There was a string quartet but no symphony or orchestra.
Yet there was plenty of class and eleganceWednesday night inside Helzberg Hall at the Kauffman Center for the Performing Arts, where John Legend entertained a full house.
“Intimate, acoustic and stripped-down” is how his An Evening With John Legend: The All of Me Tour was billed, and Legend spent nearly two hours living up to the show’s billing.
He brought some support: a cellist, two violinists and a violist plus guitarist Ryan Lerman, who is also his music director. Throughout the set, they added embroidery to Legend’s silky ballads, accompanying him as he serenaded a crowd that showered him with applause and affection (and recorded an inordinate amount of video footage on cell phones).
But mostly this was Legend’s show: his songs, his voice and his own accompaniment on the piano. His intent, he said, was to create a “living room” environment. Although that might seem a little far-fetched in a room as vast and opulent as Helzberg Hall, he did manage to muster a mood that was warm, intimate and personal. His charm had a lot to do with that.
He told stories about the family that raised him in a Pentecostal church and introduced him to music and about the father who loved Red Lobster and taught him to be a gentleman. He told the back story to the song “Maxine,” dovetailing it with the history of Nancy Wilson’s “Guess Who I Saw Today,” another song about betrayal.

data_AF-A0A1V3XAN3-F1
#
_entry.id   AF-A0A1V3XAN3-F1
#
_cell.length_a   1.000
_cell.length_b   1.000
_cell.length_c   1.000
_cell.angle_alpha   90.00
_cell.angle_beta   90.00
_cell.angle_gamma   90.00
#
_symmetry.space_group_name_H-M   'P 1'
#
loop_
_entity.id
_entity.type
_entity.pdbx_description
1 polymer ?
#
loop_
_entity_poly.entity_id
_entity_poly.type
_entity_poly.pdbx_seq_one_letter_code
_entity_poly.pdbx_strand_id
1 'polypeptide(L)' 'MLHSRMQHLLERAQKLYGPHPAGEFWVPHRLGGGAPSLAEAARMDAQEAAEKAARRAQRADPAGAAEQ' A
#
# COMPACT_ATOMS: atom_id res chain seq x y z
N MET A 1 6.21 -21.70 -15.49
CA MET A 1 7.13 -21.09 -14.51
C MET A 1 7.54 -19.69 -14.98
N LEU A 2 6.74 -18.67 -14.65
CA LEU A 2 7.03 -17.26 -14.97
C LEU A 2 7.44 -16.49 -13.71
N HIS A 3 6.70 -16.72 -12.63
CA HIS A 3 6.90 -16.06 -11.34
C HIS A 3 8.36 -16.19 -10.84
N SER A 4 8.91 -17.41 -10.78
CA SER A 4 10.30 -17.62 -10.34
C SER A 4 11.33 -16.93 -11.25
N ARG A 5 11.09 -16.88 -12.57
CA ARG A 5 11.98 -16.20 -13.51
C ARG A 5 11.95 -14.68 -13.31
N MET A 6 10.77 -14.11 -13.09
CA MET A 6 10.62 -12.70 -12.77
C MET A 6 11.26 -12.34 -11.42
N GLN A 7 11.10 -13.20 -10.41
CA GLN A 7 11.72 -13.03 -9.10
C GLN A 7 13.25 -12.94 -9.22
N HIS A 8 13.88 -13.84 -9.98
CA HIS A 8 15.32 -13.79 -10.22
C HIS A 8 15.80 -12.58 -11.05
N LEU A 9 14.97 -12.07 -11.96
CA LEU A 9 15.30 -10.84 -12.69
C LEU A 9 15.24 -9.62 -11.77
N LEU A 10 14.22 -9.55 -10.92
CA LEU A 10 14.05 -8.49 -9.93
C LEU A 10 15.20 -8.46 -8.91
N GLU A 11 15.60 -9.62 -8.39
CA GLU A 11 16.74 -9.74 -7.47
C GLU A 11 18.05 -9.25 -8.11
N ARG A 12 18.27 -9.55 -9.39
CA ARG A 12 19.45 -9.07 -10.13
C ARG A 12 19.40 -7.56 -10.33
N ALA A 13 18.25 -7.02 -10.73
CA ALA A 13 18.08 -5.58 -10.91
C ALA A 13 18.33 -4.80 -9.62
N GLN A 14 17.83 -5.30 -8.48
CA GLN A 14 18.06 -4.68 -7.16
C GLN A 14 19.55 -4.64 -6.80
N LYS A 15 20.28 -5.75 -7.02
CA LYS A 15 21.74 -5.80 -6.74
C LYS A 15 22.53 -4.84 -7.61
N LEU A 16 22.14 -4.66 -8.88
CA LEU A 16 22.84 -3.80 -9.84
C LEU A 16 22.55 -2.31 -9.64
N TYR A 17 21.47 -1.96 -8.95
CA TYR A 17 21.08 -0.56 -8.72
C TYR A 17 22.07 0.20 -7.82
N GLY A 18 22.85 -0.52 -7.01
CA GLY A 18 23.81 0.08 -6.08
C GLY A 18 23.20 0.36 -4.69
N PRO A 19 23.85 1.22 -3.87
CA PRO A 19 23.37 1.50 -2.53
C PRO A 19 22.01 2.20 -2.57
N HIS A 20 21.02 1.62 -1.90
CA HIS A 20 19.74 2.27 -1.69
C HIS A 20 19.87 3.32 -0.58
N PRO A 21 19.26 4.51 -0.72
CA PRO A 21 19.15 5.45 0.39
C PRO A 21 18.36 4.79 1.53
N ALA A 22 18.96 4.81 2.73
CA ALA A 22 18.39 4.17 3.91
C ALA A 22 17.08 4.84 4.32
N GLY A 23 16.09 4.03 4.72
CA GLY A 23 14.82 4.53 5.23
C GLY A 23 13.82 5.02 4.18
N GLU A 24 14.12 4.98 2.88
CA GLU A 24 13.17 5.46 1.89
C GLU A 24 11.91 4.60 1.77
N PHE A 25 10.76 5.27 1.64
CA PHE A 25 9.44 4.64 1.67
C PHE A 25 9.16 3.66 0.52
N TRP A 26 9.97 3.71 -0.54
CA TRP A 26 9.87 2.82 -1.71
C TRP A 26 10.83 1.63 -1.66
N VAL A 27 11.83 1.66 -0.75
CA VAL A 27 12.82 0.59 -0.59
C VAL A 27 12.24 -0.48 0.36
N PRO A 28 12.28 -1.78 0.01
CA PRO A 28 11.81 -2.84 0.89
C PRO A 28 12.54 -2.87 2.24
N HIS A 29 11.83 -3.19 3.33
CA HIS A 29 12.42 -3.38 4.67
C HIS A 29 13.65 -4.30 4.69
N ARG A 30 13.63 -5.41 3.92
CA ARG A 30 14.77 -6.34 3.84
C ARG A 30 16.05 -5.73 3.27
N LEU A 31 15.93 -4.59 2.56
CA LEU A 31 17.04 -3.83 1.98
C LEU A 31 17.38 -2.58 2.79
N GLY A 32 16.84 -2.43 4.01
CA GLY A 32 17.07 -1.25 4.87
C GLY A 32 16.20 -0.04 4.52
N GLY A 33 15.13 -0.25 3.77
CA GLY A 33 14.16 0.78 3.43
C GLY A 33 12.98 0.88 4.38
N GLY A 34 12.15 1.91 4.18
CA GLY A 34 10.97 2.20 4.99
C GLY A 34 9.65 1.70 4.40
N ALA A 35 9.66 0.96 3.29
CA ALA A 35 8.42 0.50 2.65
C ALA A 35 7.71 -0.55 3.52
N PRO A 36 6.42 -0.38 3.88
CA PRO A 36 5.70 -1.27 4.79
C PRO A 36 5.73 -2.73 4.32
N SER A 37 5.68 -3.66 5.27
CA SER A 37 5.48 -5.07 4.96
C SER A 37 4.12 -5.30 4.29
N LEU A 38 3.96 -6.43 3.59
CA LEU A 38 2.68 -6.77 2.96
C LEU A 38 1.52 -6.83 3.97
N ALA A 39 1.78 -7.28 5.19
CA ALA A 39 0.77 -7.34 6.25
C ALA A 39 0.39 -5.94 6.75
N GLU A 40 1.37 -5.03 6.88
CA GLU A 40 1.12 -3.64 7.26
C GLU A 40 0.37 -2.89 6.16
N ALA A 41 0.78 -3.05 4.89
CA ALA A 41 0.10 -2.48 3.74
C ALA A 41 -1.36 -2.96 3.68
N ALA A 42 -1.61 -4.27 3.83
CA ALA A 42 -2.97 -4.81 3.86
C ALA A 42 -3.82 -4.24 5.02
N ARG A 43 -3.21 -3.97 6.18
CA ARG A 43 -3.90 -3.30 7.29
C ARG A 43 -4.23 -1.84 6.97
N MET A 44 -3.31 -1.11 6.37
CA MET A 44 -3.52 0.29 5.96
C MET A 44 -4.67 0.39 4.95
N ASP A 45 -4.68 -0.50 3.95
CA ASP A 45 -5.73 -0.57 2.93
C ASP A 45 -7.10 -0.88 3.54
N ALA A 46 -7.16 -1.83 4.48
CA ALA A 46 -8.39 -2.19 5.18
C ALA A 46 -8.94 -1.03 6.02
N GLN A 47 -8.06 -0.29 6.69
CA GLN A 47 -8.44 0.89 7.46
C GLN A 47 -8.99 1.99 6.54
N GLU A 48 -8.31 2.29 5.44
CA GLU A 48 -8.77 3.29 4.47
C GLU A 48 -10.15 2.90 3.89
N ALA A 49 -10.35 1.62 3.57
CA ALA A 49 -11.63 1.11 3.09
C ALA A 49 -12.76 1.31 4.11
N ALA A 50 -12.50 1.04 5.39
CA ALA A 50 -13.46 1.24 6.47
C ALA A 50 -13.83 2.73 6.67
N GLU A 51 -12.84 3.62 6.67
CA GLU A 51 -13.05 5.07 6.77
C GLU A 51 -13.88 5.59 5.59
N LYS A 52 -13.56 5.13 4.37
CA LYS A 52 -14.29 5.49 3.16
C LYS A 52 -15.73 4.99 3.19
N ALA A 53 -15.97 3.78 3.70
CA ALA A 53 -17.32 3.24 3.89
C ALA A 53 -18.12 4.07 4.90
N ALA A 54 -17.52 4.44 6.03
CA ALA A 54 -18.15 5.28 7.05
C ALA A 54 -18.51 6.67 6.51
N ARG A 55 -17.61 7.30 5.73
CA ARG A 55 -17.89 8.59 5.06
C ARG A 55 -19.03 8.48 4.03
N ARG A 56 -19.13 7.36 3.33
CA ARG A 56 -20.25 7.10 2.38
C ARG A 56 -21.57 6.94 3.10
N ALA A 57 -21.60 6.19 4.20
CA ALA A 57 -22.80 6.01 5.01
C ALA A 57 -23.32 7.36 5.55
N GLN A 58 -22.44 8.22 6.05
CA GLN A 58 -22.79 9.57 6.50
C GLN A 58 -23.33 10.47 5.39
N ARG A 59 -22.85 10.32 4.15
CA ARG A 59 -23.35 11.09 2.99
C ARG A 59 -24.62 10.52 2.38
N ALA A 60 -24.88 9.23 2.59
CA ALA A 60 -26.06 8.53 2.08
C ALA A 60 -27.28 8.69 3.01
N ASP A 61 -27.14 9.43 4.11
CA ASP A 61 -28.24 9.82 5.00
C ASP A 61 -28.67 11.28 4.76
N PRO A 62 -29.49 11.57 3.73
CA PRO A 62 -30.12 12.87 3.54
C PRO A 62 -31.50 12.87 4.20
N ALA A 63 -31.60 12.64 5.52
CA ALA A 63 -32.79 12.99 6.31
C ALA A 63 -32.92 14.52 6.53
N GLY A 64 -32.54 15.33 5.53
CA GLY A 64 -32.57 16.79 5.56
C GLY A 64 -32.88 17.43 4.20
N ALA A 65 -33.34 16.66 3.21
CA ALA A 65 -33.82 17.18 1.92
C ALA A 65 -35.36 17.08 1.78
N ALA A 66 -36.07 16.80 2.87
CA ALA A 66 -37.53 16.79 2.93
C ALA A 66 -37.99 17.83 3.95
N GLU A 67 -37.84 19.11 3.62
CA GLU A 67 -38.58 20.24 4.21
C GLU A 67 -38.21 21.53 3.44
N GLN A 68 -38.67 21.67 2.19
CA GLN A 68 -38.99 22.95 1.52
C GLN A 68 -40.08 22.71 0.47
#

He also paused to acknowledge the 10 fans sitting in a row of loveseats at the back of the stage, dedicating a song to a couple who said they’d only been dating for three weeks.
“Here’s to many more weeks of dating,” he deadpanned.
The setlist spanned all four of his full-length albums, but focused heavily on his latest, “Love in the Future.” He opened with one of its tracks, “Made to Love,” then “Tonight (Best You Ever Had), a song from the “Think Like a Man” soundtrack.
Legend is a balladeer with an expressive and agile voice who writes R&B and soul tunes with lounge-jazz accents. Stripped down to vocals and minimal instrumentation, most of his songs bared their primitive virtues.
His songcraft doesn’t muster the crackle and pop of classic Motown or Stax/Volt R&B and soul, but Legend’s refined songs are melodic and and typically ride a groove that is mellow but engaging.
The 20-song setlist included two covers: a deep-soul version of Bruce Springsteen’s “Dancing in the Dark” and a heavy gospel-infused rendition of “Bridge Over Troubled Water.” Both received thunderous ovations.
He coaxed the crowd into several sing-alongs: during “Green Light,” one of his funkier tunes; and then “Ordinary People,” a track that goes back to his first album, “Get Lifted,” now 10 years old.
But he’d saved his best for the encore: his latest hit, “All Of Me.” It was rendered only in piano, his voice and the hundreds of fans who joined him on the chorus, stripping the song down to a heartfelt moment between the guy who wrote the song and a roomful of fans who fell in love with it.